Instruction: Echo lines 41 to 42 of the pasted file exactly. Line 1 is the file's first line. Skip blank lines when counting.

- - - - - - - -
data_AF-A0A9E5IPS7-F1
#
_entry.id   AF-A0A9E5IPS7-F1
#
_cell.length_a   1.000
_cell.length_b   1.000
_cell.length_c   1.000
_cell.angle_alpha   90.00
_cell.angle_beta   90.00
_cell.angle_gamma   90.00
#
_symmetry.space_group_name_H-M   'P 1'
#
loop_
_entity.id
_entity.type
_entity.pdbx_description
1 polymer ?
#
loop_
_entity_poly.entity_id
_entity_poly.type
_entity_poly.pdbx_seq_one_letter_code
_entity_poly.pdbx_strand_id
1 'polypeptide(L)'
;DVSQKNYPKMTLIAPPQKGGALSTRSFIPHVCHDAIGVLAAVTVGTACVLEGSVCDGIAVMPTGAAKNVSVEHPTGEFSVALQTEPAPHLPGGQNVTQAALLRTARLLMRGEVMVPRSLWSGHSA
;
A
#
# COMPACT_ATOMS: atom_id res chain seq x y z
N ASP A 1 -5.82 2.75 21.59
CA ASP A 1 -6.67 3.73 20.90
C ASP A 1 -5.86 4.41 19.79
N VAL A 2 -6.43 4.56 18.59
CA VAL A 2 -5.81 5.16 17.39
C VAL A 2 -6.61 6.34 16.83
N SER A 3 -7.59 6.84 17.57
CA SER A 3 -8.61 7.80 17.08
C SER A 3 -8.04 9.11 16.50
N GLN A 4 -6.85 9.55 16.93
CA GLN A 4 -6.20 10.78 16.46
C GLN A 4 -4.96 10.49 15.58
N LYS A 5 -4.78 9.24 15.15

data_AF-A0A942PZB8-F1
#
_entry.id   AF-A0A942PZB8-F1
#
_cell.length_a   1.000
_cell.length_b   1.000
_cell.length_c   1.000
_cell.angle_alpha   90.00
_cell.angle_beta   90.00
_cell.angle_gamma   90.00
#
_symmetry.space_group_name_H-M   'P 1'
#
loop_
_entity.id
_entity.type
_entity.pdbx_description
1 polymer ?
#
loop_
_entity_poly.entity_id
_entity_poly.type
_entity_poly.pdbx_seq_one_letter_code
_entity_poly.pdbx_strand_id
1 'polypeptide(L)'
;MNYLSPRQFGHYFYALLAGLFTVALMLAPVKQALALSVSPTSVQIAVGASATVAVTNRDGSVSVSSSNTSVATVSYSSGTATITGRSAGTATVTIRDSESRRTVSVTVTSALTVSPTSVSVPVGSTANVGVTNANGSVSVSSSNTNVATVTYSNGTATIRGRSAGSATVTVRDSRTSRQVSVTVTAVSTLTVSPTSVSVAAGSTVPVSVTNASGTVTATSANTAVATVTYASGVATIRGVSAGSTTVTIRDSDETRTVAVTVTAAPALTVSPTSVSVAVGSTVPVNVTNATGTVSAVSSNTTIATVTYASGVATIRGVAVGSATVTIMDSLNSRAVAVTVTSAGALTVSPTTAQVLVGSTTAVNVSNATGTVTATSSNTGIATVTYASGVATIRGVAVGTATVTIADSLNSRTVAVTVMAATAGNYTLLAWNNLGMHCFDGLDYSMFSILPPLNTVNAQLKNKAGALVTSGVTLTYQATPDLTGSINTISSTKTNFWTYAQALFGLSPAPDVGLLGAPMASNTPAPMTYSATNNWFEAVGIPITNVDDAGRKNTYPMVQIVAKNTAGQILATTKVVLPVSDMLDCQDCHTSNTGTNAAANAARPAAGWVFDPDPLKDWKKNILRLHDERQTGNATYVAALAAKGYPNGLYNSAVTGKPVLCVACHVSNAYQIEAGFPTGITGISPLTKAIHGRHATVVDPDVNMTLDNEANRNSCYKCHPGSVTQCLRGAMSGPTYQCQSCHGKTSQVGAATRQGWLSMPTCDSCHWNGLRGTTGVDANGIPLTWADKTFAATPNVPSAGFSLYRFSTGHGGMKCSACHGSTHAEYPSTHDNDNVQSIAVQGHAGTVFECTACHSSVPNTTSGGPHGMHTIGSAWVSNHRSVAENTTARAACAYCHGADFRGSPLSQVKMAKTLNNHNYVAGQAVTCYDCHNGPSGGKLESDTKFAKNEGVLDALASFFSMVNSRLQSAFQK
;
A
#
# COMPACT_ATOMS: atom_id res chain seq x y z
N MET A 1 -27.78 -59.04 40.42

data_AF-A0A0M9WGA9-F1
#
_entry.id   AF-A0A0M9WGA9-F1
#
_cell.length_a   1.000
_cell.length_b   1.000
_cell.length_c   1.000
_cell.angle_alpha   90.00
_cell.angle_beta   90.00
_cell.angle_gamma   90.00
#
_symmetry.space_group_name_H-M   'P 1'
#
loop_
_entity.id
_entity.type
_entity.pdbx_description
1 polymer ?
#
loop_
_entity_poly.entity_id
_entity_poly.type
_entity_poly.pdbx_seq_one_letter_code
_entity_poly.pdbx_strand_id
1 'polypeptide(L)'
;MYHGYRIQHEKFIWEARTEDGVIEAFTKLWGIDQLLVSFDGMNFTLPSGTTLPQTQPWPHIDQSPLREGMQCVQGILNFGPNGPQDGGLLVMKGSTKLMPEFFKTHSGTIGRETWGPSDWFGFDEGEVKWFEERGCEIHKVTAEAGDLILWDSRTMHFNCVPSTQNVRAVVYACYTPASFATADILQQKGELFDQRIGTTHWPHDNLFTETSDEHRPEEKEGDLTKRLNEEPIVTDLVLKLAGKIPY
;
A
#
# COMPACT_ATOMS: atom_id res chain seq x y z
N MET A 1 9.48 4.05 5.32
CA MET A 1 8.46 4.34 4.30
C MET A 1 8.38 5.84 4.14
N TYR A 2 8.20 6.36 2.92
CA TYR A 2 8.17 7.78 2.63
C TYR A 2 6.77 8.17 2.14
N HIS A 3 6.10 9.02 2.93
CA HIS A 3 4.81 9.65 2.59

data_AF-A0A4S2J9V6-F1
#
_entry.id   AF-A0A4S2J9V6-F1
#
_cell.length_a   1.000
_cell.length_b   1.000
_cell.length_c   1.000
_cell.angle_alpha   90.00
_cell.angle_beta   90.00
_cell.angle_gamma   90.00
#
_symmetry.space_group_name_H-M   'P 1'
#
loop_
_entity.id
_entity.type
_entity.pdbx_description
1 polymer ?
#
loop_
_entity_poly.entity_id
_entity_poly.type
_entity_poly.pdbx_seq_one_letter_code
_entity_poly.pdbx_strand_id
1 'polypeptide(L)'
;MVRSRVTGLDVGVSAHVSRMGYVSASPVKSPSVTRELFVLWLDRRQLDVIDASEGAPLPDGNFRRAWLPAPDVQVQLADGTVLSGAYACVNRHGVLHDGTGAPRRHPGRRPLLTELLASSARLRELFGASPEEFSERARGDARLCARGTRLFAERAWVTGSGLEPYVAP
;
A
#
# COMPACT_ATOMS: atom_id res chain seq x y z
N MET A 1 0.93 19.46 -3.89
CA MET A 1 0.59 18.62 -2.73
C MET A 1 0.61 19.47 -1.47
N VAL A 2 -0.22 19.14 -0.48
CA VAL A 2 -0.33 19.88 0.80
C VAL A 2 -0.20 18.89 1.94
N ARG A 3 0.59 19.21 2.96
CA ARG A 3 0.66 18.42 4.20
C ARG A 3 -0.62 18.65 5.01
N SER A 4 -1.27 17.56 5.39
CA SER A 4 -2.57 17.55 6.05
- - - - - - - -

CA GLN A 4 -6.20 10.78 16.46
C GLN A 4 -4.96 10.49 15.58